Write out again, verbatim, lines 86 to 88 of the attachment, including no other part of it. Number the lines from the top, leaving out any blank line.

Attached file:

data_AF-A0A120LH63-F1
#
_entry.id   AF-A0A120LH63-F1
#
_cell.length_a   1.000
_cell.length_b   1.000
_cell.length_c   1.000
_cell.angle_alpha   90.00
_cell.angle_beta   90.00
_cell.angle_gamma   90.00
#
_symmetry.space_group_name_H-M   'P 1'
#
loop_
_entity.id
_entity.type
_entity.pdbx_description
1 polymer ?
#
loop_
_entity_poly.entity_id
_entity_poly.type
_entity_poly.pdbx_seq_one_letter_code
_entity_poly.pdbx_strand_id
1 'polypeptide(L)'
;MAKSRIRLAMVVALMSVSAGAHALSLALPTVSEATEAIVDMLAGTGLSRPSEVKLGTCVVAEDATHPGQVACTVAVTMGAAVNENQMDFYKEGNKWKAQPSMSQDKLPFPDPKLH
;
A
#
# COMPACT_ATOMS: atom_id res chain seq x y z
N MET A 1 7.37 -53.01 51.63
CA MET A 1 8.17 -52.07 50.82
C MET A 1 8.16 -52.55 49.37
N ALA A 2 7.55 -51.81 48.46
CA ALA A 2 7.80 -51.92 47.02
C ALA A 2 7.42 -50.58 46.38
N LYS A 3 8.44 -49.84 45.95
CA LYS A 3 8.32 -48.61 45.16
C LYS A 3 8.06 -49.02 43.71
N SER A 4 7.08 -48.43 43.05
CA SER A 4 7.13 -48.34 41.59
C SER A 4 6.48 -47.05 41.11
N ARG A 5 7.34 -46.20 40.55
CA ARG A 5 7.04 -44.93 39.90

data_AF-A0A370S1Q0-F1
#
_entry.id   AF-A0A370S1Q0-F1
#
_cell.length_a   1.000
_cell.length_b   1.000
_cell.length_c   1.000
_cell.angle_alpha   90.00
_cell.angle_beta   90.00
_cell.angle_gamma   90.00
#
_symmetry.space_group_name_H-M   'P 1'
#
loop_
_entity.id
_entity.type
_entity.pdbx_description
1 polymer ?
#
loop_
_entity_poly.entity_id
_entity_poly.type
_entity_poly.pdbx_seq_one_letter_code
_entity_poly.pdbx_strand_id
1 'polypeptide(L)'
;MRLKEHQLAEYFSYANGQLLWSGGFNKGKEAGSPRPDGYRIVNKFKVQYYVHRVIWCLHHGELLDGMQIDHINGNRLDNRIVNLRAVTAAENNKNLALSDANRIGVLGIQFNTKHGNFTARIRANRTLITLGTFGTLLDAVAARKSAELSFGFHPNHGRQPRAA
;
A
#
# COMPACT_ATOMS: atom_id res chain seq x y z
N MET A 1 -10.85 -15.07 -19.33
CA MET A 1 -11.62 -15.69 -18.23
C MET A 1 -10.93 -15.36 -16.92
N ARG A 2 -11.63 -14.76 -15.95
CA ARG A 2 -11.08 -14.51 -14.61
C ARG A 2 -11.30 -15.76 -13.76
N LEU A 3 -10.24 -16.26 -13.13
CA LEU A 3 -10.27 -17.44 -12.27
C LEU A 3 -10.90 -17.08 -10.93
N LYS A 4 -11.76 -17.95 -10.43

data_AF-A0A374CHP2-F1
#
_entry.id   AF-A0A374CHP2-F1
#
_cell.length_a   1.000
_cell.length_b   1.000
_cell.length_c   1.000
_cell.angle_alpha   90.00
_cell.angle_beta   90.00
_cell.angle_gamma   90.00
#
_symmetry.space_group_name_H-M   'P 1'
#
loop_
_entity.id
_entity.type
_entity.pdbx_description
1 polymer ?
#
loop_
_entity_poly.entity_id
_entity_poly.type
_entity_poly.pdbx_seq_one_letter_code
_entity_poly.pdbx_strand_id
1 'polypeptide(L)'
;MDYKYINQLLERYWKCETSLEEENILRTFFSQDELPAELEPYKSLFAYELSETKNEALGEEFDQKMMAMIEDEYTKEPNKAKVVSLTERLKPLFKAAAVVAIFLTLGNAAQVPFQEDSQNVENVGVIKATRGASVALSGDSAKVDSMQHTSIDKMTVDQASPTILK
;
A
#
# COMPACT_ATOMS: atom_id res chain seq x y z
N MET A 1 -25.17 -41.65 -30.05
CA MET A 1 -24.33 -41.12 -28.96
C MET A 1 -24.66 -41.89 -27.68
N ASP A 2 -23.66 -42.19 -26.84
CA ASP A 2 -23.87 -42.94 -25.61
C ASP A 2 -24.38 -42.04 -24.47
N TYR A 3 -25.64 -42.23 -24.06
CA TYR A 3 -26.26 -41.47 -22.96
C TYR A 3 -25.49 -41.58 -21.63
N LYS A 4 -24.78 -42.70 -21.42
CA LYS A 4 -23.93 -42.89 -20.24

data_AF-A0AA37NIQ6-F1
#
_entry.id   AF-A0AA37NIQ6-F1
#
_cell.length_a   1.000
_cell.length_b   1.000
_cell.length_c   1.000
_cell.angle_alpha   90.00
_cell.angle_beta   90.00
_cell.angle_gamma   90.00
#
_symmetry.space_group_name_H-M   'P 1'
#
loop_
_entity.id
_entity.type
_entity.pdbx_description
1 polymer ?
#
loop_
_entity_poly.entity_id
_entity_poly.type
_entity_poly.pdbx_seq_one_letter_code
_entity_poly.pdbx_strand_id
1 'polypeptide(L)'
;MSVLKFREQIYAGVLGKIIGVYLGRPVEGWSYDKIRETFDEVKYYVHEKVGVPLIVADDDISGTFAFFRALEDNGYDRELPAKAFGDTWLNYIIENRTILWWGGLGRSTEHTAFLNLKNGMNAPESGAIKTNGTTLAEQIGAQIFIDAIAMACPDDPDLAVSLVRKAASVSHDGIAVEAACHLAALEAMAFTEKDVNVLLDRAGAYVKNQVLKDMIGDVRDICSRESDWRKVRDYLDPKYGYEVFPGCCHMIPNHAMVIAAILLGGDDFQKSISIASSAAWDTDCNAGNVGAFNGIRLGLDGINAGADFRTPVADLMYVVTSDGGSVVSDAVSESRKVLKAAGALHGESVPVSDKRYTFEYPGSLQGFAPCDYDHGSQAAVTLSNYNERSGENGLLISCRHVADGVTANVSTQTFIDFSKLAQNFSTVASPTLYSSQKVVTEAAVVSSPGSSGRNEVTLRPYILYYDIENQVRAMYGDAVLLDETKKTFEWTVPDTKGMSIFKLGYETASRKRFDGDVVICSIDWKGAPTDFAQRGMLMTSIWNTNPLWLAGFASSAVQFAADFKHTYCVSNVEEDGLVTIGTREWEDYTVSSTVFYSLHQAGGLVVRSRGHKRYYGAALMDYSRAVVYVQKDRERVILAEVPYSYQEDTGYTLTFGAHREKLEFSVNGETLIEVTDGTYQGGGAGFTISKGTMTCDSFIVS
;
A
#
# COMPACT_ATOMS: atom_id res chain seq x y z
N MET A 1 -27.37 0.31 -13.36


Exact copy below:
#
_entry.id   AF-A0A374CHP2-F1
#